I Am Not Ashamed of the Gospel: Part Six

Monday, October 31, 2005

4. Jesus’ Command to Us Today

In the last post I made a comparison between Paul's understanding of ashamed in Romans 1:16, and his words to Timothy on this subject in 2 Timothy 1, 3, and 4. The words Paul spoke in Romans 1:16 were about himself. The words he spoke in 2 Timothy were to Timothy, a preacher of the gospel. Is it accurate then to take the description in Romans and the exhortation to a preacher in 2 Timothy and apply it to us? I think so. But in case you don’t, let’s look at a mandate that does apply to us. It is found in Mark 8:38 and Luke 9:26 where both texts record the same thing. Jesus said,
“For whoever is ashamed of me and of my words in this adulterous and sinful generation, of him will the Son of Man also be ashamed when he comes in the
glory of his Father with the holy angels.”

This bold and harrowing statement comes right after Jesus’ famous words,
“If anyone would come after me, let him deny himself and take up his cross and follow me. For whoever would save his life will lose it, but whoever loses
his life for my sake and the gospel’s will save it” (vv. 34-35).

So being ashamed of Christ and of His words, that is His gospel message, is a person who does not deny themselves. He or she is a person who does not want suffering in their lives. Rather, they are seeking their life, not Christ’s. But in the end, this person will lose their life.

The contrast is a person who is not ashamed of Jesus and His gospel. These are people who deny themselves. They take up their cross and follow Jesus. The cross was an instrument of execution and death and pain and suffering. Jesus is saying that those who would follow him must say “no” to themselves and say “yes” to a life of suffering, pain, death and perhaps execution. They are saying “no” to their own lives and saying “yes” to Jesus, His life, His reward, and His gospel. In return, they will gain Jesus Christ and then the whole world on top of that.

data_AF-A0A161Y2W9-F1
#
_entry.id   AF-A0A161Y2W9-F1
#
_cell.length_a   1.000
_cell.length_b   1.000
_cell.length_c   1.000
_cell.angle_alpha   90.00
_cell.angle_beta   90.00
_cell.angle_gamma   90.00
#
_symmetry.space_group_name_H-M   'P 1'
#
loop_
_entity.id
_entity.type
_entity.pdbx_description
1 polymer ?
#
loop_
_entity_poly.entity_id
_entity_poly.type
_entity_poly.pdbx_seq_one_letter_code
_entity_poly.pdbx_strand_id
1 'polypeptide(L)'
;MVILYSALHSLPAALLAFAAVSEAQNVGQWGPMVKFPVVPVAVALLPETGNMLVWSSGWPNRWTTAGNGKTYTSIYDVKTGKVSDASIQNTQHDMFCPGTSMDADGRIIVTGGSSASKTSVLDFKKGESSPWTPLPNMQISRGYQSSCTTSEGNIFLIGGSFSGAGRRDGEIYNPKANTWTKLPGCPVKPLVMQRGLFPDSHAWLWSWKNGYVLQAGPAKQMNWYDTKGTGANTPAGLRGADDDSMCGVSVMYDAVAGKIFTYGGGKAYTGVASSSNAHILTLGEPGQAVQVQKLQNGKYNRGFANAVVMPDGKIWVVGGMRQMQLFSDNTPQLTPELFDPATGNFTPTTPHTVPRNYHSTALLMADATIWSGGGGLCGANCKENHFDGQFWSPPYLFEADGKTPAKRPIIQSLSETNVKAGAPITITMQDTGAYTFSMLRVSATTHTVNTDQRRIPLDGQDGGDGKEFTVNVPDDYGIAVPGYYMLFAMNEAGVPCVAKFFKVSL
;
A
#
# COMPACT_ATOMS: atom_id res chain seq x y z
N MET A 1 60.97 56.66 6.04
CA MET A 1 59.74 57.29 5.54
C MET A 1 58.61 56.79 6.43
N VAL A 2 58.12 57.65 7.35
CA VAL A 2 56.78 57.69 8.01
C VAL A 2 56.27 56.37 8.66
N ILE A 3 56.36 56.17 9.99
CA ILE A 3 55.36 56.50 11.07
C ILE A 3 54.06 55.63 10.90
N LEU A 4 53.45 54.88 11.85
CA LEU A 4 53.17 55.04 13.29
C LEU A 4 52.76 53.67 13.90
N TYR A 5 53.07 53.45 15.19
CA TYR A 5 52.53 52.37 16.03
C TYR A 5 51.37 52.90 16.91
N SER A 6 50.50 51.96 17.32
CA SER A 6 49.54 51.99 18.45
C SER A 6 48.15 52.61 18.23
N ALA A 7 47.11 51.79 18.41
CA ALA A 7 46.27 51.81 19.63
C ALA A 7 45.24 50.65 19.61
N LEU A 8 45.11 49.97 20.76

One early church leader said this in one of his sermons, linking Paul’s statement in Romans with Jesus’ thought in Mark and Luke.
“Paul says that even if, in the very largest of cities, the preacher of the cross of Christ will be mocked by the ignorant, he is not to be ashamed. For if the Son of God bore the shame of the cross on our behalf, how could it NOT be out of place for us to be ashamed at the Lord’s suffering for us?” (Apollinaris of Laodicea, Ancient Christian Commentary on the Scriptures, p. 29).

The final three posts will come next, all stemming from the important question: Are you not ashamed of the gospel of Christ?

Read Part Seven.

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